In 2011, with its finances still tight, the Tablemac board debated raising new funds from the market or seeking an industry partner.

Drawing on its regional contacts and open relationship with competitors, the company explored its options. Then, during routine talks about extending its product range with Duratex, Brazil’s leading panel producer, the Colombian firm suddenly struck gold.
“We had some contact with Duratex while looking for products. In the past, we imported particleboard from Satipel [now part of Duratex]. In conversation with [Duratex], we suggested they might be interested in Colombia. They answered: “Why not?,” recalled Juan Fernando Vásquez.

Tablemac realised its best option was to find a strategic partner, both from financial and synergy points of view, while Duratex, which wants to grow outside Brazil, has described Tablemac’s management team as having the same ‘DNA’ as its own.

“It was the right moment and I think they liked Tablemac and found we have something similar to them. They felt comfortable and we reached a good agreement,” said Mr Vásquez.

A formal alliance was signed in mid-2012 and Duratex, part of Brazil’s powerful Itaú banking group, currently holds a 37% share in Tablemac. It has an option over the next year or so to acquire up to 15% more, and eventually wants to take control of the Colombian firm.

Tablemac has already felt clear benefits from the new partnership, not only in terms of fresh investment funds, but also in shared technical know-how and experience, along with enhanced purchasing power. For example, the Colombians are already making cost savings by buying white base laminate papers through their Brazilian shareholder.

Following the union and its MDF initiative, Tablemac is now studying other areas of activity requiring fresh investment and expansion. The firm still operates two small single-opening particleboard lines, at Yarumal and Manizales, with respective capacities of 74,500m3/year and 38,000m3/year.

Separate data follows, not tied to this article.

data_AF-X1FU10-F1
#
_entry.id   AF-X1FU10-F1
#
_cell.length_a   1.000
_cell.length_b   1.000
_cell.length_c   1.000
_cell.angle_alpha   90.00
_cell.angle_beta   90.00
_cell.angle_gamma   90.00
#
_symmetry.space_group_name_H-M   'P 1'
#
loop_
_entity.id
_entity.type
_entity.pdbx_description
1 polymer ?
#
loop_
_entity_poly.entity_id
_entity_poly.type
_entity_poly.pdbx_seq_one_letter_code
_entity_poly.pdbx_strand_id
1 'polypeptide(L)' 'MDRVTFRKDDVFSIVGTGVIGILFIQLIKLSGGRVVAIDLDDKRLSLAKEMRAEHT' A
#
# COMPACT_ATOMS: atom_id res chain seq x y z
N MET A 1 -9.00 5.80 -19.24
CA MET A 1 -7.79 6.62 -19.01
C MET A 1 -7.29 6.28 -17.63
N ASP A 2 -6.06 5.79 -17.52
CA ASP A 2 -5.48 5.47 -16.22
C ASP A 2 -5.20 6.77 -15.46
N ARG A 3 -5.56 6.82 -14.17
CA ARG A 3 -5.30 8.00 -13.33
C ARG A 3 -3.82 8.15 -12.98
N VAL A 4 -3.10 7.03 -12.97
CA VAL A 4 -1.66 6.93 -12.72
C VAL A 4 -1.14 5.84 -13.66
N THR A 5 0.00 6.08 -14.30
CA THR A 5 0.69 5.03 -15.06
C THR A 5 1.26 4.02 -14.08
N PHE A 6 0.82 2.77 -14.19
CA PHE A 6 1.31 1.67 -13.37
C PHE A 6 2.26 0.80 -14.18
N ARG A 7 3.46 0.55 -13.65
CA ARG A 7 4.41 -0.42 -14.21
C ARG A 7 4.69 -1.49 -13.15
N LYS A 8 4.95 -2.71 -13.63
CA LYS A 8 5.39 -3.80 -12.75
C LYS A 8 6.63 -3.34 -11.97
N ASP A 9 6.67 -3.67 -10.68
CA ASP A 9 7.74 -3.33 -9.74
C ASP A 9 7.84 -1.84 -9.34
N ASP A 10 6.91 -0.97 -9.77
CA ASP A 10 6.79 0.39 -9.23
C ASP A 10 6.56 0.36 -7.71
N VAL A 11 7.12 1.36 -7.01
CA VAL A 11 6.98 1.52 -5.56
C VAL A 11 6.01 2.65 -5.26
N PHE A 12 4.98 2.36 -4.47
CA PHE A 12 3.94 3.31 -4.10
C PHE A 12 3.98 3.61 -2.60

Tablemac’s ceo is quick to agree that, with the Colombian market still growing, his firm needs to expand. “We have to think about new investment in the future for particleboard to increase our capacity. In MDF, we still have enough capacity to grow,” said Mr Vásquez, who accepted that this could mean Tablemac installing another continuous press line.

Talk is already of eventual ‘MDP’ production, implying continuous press production, and betraying something of the Duratex influence.

Over the next decade, the ceo forecast, the domestic panel market will need to double in size to meet Colombia’s expected demand. “To be a key player with that trend, we need to invest a lot in forestry and in new plants,” admitted Mr Vásquez.

He acknowledged that shareholders like Duratex do not invest in a firm such as Tablemac to see it stand still. “They want to develop something like [what has happened] in Brazil,” Mr Vásquez said, though he was unwilling to reveal much detail of Tablemac’s strategic plan.

Another area ripe for investment is the forestry operation, which is still modest with less than 5,000ha of plantation on a total land holding of about 7,800ha. Tablemac is developing its own plantations while still drawing on wood from outside forest owners.

In 2012, it planted around 1,000ha of new eucalyptus trees and the long-term aim is to invest in new forest land and to focus mainly on this species. Long-term, the firm expects eucalyptus to represent 70% of its wood use.

Duratex, which injected an initial US$100m into Tablemac’s cash flow, indicated last year it would like to streamline Tablemac’s operations and revolutionise its forest productivity.

There is little doubt Tablemac relishes a challenge, and it certainly faced one in its project to establish the Barbosa plant. Its search for a new MDF line ended in the US when the German firm Inserco recommended a single-opening press line from Great Lakes MDF (formerly owned by Canfibre) at Lackawanna in Buffalo, New York state.